The average cost for a four hour trip in Land O' Lakes is $534, while the average cost for an 8 hour trip is $944. Prices can vary based on trip duration, boat size and amenities, and the type of fishing your group is looking to do. View all Land O' Lakes Charters here.
There are no shared trips currently available in Land O' Lakes. View all Land O' Lakes Charters here.
The most common charter boat types in Land O' Lakes are:
The average charter boat size in Land O' Lakes is 27 feet.
The reason for the name of some places is obvious. Land O' Lakes in Central Florida is one of these places. This region of Florida is packed with shallow ponds, many of which hold lots of fish. Years ago, these ponds were open to the general public. The housing boom that took over Florida saw much of the public access from the bank get closed off. Once on the water, in many of these ponds, access is public. Getting onto the water may be an issue. That's where Land O' Lakes fishing charters can help. Guides have agreements with property owners allowing them to launch small boats and kayaks in the ponds for fishing. FishAnywhere has Land O' Lakes fishing charters guides who can get you into these honey holes. Beyond that, Land O' Lakes is just a short drive west to the Gulf Coast and Tampa Bay where saltwater fishing is excellent. The Central Florida theme parks are also just a short drive east on Interstate 4. The proximity to so much of Central Florida's best makes Land O' Lakes a great base for a vacation.
Most people interested in freshwater fishing in Florida are after largemouth bass. Ol' Bucketmouth is an opportunistic eater. Spinnerbaits, plastic worms and shallow-running silver crankbaits are top producers wherever the fish are found. These can all be fished by reeling them in at any speed or pulling the rod up, letting the lure idle, lower the rod and reel up the slack and pull again. The bass will tell you which method they prefer on a given day. The very biggest bass are often caught on live shad fished with or without a cork. If you do not use a cork, do not put any weight on the line. Hook the bait behind the top fin so the fish can swim. These ponds are also home to catfish and a variety of panfish. Panfish, which includes crappie, (pronounced CROP-ee), are most often caught with live bait. The bream family, warmouth and oscars all eat worms and crickets. Crappie, sometimes called speckled perch, prefer minnows. All of these are also caught on tiny spinnerbaits.
As noted above, Land O’ Lakes makes a good base of operations. Tampa Bay is less than 15 miles south and the coast at Tarpon Springs is about 10 miles west. Fish range from the small, but very tasty croakers caught along the beach to tackle-breaking monsters that are more than 500 pounds caught miles from shore.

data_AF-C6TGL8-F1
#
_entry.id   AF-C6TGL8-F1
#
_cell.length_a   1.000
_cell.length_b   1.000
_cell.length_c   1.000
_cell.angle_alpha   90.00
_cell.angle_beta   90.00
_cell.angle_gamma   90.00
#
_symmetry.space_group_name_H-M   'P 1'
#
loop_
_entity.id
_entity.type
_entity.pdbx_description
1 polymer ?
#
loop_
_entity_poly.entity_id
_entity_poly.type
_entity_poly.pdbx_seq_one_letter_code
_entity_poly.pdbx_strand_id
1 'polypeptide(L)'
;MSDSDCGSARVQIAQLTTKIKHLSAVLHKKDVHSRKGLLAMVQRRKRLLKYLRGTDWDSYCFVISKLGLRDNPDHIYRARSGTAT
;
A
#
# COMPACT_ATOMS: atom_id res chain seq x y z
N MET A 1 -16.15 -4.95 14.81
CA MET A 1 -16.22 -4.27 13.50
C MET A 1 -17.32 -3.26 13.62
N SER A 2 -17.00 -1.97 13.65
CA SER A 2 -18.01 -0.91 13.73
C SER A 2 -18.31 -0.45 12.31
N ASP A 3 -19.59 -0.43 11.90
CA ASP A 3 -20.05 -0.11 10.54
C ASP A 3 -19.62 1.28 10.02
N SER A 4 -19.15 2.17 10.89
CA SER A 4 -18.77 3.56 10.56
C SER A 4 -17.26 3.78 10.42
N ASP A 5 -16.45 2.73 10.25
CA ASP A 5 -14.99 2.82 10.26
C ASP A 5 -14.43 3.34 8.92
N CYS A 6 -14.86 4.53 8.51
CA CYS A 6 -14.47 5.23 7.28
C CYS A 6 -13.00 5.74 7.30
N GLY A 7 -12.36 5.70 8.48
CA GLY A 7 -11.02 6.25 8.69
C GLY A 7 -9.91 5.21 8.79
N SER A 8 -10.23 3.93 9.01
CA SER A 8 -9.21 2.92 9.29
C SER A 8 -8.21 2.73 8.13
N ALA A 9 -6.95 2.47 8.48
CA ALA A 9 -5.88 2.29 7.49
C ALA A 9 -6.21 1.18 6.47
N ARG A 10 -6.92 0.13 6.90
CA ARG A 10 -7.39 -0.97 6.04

Croakers might well be considered the panfish of the ocean. Small, plentiful and easy to catch, they are an ideal fish to get children used to fishing in the sea. With a generous creel of 100 pounds per person, you should be able to take home plenty of fillets. Croaker hit small bits of shrimp or squid on small hooks. Use enough lead on the line to keep the bait in one place. Pyramid sinkers excel at this. The bay is also famous for trout, reds, snook and the silver king, tarpon. Light to medium tackle is preferred. With some minor differences, the same rigs are used on snook, reds and trout. Live bait like bull minnows, pinfish, menhaden and shrimp are ideal. If the water is murky, a popping cork provides a vibration signal for the fish to hone in on. The same cork rig works well with shrimp-imitating lures. These fish also hit lipless crankbaits. Schooling reds are known to hammer gold spoons. Tarpon are a different matter. Yes, they can be caught with live bait; live blue crabs are a top contender. Hooking up with a tarpon is easy enough. Getting one to the boat is another matter. Some guides say landing one tarpon for every seven hook-ups is an excellent success rate.
Head offshore to find reef fish like grouper, snapper, amberjack and hogfish. Wrecks, natural and artificial reefs are common on the sea floor in this part of the Gulf of Mexico. To catch these structure-hugging fish, you need to be right on the reef with your bait. If you have the arms and back to do it, trying jigging to catch some of these fish. Offshore is also the home to sailfish, tuna, wahoo and king mackerel. These are cruisers and spend their time on the move looking for something to eat. Dusters and bubblers are the most common way to connect with the pelagics. When you are out, keep an eye on the sky for diving seabirds. When a flock is dropping like flies, it means they are feeding on baitfish. Something is driving the bait to the surface and you might as well catch some of whatever they are.
If you are thinking of a trip to Central Florida, set aside a day or two to fish. Let FishAnywhere connect you with the best Land O' Lakes guides at the best prices to make sure your fishing adventure is one worth remembering.